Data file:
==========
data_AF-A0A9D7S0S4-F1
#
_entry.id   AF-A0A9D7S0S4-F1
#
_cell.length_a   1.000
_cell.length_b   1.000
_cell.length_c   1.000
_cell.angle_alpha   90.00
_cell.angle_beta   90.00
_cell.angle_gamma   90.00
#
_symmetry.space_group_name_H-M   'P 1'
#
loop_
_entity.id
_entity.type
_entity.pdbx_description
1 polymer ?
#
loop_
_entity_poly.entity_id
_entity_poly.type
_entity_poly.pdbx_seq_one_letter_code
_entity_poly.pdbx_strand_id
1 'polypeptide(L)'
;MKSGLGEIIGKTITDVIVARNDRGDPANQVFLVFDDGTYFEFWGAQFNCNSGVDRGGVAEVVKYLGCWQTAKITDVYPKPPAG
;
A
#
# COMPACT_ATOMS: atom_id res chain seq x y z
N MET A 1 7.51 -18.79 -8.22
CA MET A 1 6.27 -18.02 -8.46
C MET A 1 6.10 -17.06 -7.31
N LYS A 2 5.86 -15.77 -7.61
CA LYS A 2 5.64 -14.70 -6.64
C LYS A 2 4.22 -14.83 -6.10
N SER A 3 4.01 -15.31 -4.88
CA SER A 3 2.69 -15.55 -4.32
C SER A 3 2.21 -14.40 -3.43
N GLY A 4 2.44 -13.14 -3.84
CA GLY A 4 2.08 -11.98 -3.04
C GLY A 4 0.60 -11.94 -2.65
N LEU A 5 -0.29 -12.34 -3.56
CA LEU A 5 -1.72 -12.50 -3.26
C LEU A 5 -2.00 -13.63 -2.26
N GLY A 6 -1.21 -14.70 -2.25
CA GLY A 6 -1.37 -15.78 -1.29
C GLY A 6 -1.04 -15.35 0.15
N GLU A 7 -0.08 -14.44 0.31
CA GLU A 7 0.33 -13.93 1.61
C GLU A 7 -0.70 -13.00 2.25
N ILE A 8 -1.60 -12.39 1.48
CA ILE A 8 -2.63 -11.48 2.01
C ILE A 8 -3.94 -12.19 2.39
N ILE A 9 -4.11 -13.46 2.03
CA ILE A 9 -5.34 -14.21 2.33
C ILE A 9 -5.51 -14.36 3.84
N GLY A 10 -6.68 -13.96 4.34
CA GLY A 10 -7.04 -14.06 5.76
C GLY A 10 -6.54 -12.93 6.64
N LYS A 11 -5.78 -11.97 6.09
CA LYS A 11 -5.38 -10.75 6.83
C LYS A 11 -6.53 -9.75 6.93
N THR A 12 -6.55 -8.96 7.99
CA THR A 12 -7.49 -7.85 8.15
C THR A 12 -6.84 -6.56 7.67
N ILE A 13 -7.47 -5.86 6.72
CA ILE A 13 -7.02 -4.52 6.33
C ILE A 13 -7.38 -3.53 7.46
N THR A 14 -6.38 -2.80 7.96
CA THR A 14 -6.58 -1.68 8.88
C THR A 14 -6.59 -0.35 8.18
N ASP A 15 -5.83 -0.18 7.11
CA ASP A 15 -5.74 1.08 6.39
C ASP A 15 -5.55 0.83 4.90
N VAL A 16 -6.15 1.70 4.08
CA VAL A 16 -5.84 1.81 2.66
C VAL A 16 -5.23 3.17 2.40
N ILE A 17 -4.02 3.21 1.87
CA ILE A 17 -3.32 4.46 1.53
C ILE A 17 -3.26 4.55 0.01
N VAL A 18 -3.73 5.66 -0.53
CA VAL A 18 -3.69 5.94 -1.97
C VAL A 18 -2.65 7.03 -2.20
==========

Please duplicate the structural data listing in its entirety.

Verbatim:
data_AF-A0A9D7S0S4-F1
#
_entry.id   AF-A0A9D7S0S4-F1
#
_cell.length_a   1.000
_cell.length_b   1.000
_cell.length_c   1.000
_cell.angle_alpha   90.00
_cell.angle_beta   90.00
_cell.angle_gamma   90.00
#
_symmetry.space_group_name_H-M   'P 1'
#
loop_
_entity.id
_entity.type
_entity.pdbx_description
1 polymer ?
#
loop_
_entity_poly.entity_id
_entity_poly.type
_entity_poly.pdbx_seq_one_letter_code
_entity_poly.pdbx_strand_id
1 'polypeptide(L)'
;MKSGLGEIIGKTITDVIVARNDRGDPANQVFLVFDDGTYFEFWGAQFNCNSGVDRGGVAEVVKYLGCWQTAKITDVYPKPPAG
;
A
#
# COMPACT_ATOMS: atom_id res chain seq x y z
N MET A 1 7.51 -18.79 -8.22
CA MET A 1 6.27 -18.02 -8.46
C MET A 1 6.10 -17.06 -7.31
N LYS A 2 5.86 -15.77 -7.61
CA LYS A 2 5.64 -14.70 -6.64
C LYS A 2 4.22 -14.83 -6.10
N SER A 3 4.01 -15.31 -4.88
CA SER A 3 2.69 -15.55 -4.32
C SER A 3 2.21 -14.40 -3.43
N GLY A 4 2.44 -13.14 -3.84
CA GLY A 4 2.08 -11.98 -3.04
C GLY A 4 0.60 -11.94 -2.65
N LEU A 5 -0.29 -12.34 -3.56
CA LEU A 5 -1.72 -12.50 -3.26
C LEU A 5 -2.00 -13.63 -2.26
N GLY A 6 -1.21 -14.70 -2.25
CA GLY A 6 -1.37 -15.78 -1.29
C GLY A 6 -1.04 -15.35 0.15
N GLU A 7 -0.08 -14.44 0.31
CA GLU A 7 0.33 -13.93 1.61
C GLU A 7 -0.70 -13.00 2.25
N ILE A 8 -1.60 -12.39 1.48
CA ILE A 8 -2.63 -11.48 2.01
C ILE A 8 -3.94 -12.19 2.39
N ILE A 9 -4.11 -13.46 2.03
CA ILE A 9 -5.34 -14.21 2.33
C ILE A 9 -5.51 -14.36 3.84
N GLY A 10 -6.68 -13.96 4.34
CA GLY A 10 -7.04 -14.06 5.76
C GLY A 10 -6.54 -12.93 6.64
N LYS A 11 -5.78 -11.97 6.09
CA LYS A 11 -5.38 -10.75 6.83
C LYS A 11 -6.53 -9.75 6.93
N THR A 12 -6.55 -8.96 7.99
CA THR A 12 -7.49 -7.85 8.15
C THR A 12 -6.84 -6.56 7.67
N ILE A 13 -7.47 -5.86 6.72
CA ILE A 13 -7.02 -4.52 6.33
C ILE A 13 -7.38 -3.53 7.46
N THR A 14 -6.38 -2.80 7.96
CA THR A 14 -6.58 -1.68 8.88
C THR A 14 -6.59 -0.35 8.18
N ASP A 15 -5.83 -0.18 7.11
CA ASP A 15 -5.74 1.08 6.39
C ASP A 15 -5.55 0.83 4.90
N VAL A 16 -6.15 1.70 4.08
CA VAL A 16 -5.84 1.81 2.66
C VAL A 16 -5.23 3.17 2.40
N ILE A 17 -4.02 3.21 1.87
CA ILE A 17 -3.32 4.46 1.53
C ILE A 17 -3.26 4.55 0.01
N VAL A 18 -3.73 5.66 -0.53
CA VAL A 18 -3.69 5.94 -1.97
C VAL A 18 -2.65 7.03 -2.20